Last week New York Times business reporter Zachery Kouwe described his history of plagiarism as unintentional, the result of hurriedly cutting and pasting from his notes. Many wrote it off as a desperate excuse from a guilty man, but for those of us whose jobs require us to produce as much copy as quickly as possible, Kouwe’s words held the uneasy ring of truth. In that mad rush to get a story online, it can be easy to mistake another’s phrase for one’s own. Proof-reading takes time a writer required to be both prolific and quick may not be able to afford. And even bloggers for major media outlets are rarely provided the support of editors and fact-checkers.
For this reason, “Plagiarism’s Murky New Rules”, a column on Kouwe’s downfall by Paul Gillin, struck a chord with us. An excerpt:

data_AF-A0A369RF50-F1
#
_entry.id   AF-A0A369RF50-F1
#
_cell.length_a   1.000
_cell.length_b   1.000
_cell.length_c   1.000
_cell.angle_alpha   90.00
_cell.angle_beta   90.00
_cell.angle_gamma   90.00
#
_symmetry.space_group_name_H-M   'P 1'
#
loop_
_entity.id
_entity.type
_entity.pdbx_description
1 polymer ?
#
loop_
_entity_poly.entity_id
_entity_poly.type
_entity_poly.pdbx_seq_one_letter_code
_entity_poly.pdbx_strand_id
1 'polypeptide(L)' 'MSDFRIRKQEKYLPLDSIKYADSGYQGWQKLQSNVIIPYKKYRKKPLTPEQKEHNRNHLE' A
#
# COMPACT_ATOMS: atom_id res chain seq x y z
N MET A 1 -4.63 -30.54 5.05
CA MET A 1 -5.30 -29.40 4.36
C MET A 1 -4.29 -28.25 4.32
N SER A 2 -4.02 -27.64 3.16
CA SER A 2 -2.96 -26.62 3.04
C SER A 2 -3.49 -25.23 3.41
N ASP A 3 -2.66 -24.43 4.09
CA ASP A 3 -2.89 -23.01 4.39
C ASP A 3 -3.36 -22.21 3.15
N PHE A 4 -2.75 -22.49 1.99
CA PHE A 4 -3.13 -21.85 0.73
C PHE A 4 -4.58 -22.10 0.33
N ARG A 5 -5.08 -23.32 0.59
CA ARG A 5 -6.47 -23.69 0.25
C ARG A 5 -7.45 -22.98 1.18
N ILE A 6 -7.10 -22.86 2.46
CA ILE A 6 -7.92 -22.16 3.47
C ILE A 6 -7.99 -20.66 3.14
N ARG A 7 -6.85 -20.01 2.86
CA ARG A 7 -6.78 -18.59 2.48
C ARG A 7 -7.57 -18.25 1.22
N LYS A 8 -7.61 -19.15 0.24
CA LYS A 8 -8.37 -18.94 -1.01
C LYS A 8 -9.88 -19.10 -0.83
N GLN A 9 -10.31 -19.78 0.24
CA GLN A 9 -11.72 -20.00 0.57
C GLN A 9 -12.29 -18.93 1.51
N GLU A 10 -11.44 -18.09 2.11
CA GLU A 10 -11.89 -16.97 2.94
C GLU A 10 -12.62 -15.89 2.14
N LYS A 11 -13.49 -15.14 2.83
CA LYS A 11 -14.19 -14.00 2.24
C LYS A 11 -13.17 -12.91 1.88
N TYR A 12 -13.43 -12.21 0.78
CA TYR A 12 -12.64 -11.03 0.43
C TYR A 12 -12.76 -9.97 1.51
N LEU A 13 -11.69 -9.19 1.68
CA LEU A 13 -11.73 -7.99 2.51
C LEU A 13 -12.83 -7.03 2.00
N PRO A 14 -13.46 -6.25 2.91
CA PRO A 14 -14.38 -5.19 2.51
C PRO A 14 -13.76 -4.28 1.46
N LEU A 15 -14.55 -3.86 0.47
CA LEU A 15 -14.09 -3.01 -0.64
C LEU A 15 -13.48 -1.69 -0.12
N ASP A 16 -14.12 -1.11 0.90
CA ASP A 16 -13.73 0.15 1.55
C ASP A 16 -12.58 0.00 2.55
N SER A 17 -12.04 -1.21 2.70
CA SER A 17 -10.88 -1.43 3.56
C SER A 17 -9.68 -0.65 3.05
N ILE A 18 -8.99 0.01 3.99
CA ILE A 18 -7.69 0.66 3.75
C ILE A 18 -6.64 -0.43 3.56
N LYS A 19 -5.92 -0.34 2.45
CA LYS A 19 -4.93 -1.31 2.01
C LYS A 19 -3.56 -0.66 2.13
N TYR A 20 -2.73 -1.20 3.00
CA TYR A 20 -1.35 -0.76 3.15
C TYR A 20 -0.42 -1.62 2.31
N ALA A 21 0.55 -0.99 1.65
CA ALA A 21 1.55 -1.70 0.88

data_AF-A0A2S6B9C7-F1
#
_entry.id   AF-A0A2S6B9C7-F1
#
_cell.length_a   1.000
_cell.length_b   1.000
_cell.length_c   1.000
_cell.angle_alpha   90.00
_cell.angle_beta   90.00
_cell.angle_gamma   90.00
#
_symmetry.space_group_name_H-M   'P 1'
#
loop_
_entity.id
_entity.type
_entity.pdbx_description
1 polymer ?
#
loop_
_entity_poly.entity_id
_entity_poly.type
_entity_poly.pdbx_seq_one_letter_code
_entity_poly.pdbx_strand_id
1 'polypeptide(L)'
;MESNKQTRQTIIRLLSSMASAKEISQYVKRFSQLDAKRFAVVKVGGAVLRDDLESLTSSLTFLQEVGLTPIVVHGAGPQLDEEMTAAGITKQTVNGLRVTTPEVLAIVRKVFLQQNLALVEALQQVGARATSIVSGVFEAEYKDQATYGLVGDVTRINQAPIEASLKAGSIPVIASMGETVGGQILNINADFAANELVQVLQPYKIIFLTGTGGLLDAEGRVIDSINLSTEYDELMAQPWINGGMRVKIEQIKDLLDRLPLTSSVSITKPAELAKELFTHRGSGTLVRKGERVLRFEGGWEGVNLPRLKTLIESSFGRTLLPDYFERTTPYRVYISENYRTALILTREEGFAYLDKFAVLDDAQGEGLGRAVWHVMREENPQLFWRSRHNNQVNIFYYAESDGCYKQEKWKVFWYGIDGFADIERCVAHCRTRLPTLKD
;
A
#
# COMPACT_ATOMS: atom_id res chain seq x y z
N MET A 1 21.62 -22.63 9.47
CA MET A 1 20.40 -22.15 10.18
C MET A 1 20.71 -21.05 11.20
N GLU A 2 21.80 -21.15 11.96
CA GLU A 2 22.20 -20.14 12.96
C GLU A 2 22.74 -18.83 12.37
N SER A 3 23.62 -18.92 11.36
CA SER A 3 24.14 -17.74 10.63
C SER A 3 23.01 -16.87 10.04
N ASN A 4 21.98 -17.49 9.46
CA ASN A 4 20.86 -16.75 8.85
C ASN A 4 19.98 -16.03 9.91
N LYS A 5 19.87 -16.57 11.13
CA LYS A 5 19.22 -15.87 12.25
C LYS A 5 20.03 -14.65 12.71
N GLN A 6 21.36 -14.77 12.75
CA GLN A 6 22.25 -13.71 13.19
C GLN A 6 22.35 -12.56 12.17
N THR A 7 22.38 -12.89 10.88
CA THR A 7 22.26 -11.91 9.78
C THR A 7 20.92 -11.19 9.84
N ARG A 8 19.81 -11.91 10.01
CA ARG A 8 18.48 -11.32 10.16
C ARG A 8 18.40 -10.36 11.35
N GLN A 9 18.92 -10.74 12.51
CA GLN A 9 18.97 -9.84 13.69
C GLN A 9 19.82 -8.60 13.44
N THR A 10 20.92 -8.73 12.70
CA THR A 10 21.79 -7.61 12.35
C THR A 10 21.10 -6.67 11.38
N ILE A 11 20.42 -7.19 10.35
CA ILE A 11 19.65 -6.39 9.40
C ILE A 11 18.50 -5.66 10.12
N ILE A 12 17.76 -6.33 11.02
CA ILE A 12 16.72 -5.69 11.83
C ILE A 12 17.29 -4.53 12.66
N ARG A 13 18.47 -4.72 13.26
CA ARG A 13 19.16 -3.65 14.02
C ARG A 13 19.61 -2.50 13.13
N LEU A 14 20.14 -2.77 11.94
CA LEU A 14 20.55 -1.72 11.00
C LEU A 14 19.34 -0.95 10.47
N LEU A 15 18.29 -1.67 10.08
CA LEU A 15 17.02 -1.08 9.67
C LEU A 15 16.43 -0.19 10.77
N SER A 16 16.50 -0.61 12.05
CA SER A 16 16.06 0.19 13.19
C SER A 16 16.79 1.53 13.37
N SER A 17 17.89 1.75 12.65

Today, everyone who writes news online is a wire service reporter. Deadlines are measured in minutes and anyone who wants to compete has to put speed at the top of the agenda. Not everyone is good at working under that kind of pressure, so it’s not surprising that the quality of deadline news reporting is becoming more erratic. Budget cuts at newspapers have also forced a lot of young, relatively unseasoned reporters to the front lines where their work nevertheless carries the moniker of a 150-year-old trusted brand. Such was clearly the case with Kouwe who, at 31, has developed his journalism skills inside the culture and pressure of the Internet.